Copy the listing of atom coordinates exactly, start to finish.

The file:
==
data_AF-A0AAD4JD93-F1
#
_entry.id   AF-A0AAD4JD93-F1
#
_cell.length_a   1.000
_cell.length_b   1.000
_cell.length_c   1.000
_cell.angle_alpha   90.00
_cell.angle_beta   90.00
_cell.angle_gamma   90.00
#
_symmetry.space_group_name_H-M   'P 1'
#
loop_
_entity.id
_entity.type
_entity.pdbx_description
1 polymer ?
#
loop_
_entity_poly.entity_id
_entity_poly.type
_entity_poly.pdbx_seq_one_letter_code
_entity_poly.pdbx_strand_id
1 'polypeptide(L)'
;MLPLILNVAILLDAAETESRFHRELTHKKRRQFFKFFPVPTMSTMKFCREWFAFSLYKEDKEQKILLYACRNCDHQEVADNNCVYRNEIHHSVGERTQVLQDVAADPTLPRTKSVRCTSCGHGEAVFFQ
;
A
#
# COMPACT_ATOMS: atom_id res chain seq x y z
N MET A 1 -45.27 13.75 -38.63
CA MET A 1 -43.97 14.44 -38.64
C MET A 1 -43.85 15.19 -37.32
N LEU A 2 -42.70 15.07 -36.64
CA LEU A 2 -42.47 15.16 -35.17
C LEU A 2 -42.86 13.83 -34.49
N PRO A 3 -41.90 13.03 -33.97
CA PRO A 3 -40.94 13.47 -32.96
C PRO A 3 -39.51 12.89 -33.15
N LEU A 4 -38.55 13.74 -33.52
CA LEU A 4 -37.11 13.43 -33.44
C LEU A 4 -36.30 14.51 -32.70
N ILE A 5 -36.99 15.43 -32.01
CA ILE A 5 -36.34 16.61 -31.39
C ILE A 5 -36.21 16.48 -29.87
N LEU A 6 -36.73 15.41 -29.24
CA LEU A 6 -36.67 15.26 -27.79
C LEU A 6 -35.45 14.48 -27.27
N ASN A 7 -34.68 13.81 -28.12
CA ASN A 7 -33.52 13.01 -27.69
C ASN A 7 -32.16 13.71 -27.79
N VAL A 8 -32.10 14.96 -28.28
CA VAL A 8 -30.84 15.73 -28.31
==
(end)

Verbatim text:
data_AF-A0AAD4JD93-F1
#
_entry.id   AF-A0AAD4JD93-F1
#
_cell.length_a   1.000
_cell.length_b   1.000
_cell.length_c   1.000
_cell.angle_alpha   90.00
_cell.angle_beta   90.00
_cell.angle_gamma   90.00
#
_symmetry.space_group_name_H-M   'P 1'
#
loop_
_entity.id
_entity.type
_entity.pdbx_description
1 polymer ?
#
loop_
_entity_poly.entity_id
_entity_poly.type
_entity_poly.pdbx_seq_one_letter_code
_entity_poly.pdbx_strand_id
1 'polypeptide(L)'
;MLPLILNVAILLDAAETESRFHRELTHKKRRQFFKFFPVPTMSTMKFCREWFAFSLYKEDKEQKILLYACRNCDHQEVADNNCVYRNEIHHSVGERTQVLQDVAADPTLPRTKSVRCTSCGHGEAVFFQ
;
A
#
# COMPACT_ATOMS: atom_id res chain seq x y z
N MET A 1 -45.27 13.75 -38.63
CA MET A 1 -43.97 14.44 -38.64
C MET A 1 -43.85 15.19 -37.32
N LEU A 2 -42.70 15.07 -36.64
CA LEU A 2 -42.47 15.16 -35.17
C LEU A 2 -42.86 13.83 -34.49
N PRO A 3 -41.90 13.03 -33.97
CA PRO A 3 -40.94 13.47 -32.96
C PRO A 3 -39.51 12.89 -33.15
N LEU A 4 -38.55 13.74 -33.52
CA LEU A 4 -37.11 13.43 -33.44
C LEU A 4 -36.30 14.51 -32.70
N ILE A 5 -36.99 15.43 -32.01
CA ILE A 5 -36.34 16.61 -31.39
C ILE A 5 -36.21 16.48 -29.87
N LEU A 6 -36.73 15.41 -29.24
CA LEU A 6 -36.67 15.26 -27.79
C LEU A 6 -35.45 14.48 -27.27
N ASN A 7 -34.68 13.81 -28.12
CA ASN A 7 -33.52 13.01 -27.69
C ASN A 7 -32.16 13.71 -27.79
N VAL A 8 -32.10 14.96 -28.28
CA VAL A 8 -30.84 15.73 -28.31